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Princeton study finds smart home devices leak data

William Payne
January 20th 2016
 
A flaw in Google's Nest smart home thermostats has led the devices to transmit unencrypted location data of their users over the internet. 

The discovery was part of a study carried out by a security group at Princeton University. The group presented their findings at a talk at PrivacyCon held by the United States Federal Trade Commission. 

The researchers found that many home automation devices, not just those produced by Google, leak private information, with apparently little effort made to encrypt data.

The location data transmitted by the Nest thermostat is a zip code. Initially, the researchers believed that the data stream contained detailed latitude, longitude, and other information in addition to the zip code. However, other location data related to neighbouring weather stations, not the home.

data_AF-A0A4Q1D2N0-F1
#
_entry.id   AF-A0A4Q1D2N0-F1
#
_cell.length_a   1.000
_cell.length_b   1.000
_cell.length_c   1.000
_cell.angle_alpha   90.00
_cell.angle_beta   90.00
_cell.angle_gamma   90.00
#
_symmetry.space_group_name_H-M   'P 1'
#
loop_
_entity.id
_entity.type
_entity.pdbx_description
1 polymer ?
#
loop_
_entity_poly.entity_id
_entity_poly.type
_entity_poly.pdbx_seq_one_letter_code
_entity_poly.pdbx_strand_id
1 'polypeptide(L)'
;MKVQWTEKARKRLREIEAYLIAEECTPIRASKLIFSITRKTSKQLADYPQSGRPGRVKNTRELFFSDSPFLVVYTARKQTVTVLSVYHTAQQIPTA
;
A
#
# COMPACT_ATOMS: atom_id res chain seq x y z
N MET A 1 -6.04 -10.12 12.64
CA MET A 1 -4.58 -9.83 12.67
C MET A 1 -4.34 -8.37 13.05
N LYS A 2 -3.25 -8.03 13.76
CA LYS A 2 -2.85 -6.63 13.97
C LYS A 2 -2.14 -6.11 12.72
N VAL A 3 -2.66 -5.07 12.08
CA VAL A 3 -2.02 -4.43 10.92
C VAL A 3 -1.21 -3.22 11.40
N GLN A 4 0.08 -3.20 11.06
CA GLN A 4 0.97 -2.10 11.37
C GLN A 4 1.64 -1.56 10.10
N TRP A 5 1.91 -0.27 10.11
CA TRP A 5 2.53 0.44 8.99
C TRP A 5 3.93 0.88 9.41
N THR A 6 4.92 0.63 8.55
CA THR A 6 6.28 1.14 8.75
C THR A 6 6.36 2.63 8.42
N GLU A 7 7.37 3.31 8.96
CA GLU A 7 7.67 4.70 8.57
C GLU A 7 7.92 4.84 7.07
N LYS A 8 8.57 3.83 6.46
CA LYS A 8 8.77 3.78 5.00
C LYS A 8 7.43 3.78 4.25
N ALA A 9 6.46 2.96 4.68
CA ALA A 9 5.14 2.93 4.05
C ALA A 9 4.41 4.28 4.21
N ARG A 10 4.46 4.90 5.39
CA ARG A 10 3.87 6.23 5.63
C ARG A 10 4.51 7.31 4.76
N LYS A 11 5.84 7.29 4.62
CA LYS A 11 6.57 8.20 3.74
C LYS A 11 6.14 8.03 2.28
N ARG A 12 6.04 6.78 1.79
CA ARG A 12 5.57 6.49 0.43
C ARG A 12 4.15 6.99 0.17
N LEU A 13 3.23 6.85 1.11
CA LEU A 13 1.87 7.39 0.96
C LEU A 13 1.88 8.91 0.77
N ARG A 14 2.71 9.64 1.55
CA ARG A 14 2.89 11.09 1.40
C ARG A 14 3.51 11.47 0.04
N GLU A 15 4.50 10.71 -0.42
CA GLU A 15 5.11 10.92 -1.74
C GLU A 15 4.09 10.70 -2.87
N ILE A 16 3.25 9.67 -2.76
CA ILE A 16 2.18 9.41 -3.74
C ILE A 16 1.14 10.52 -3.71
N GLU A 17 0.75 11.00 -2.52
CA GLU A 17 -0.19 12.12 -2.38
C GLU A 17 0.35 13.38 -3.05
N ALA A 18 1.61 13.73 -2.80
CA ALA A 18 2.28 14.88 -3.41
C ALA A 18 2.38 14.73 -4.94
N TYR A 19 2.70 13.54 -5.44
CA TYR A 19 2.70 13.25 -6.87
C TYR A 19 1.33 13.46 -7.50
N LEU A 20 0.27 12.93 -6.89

In their presentation, the study authors commented that the Google Nest device was one of the more secure home automation devices available on the market.

However, the revelation comes after news of bug in a software update to Google's Nest that caused the thermostat to crash, leaving many Nest owners with freezing homes. Google identified the problem and provided help quickly, providing instructions on how to reboot the device and the offer of home visits from an electrician for those who couldn't follow the instructions. 

The research group studied other devices, including an Ubi smart speaker that leaked sensor data that could be used to identify if the home was unoccupied.

Devices such as the Samsung SmartThings Hub encrypts data. However, the researchers found that many smart home devices do not have any encryption capabilities.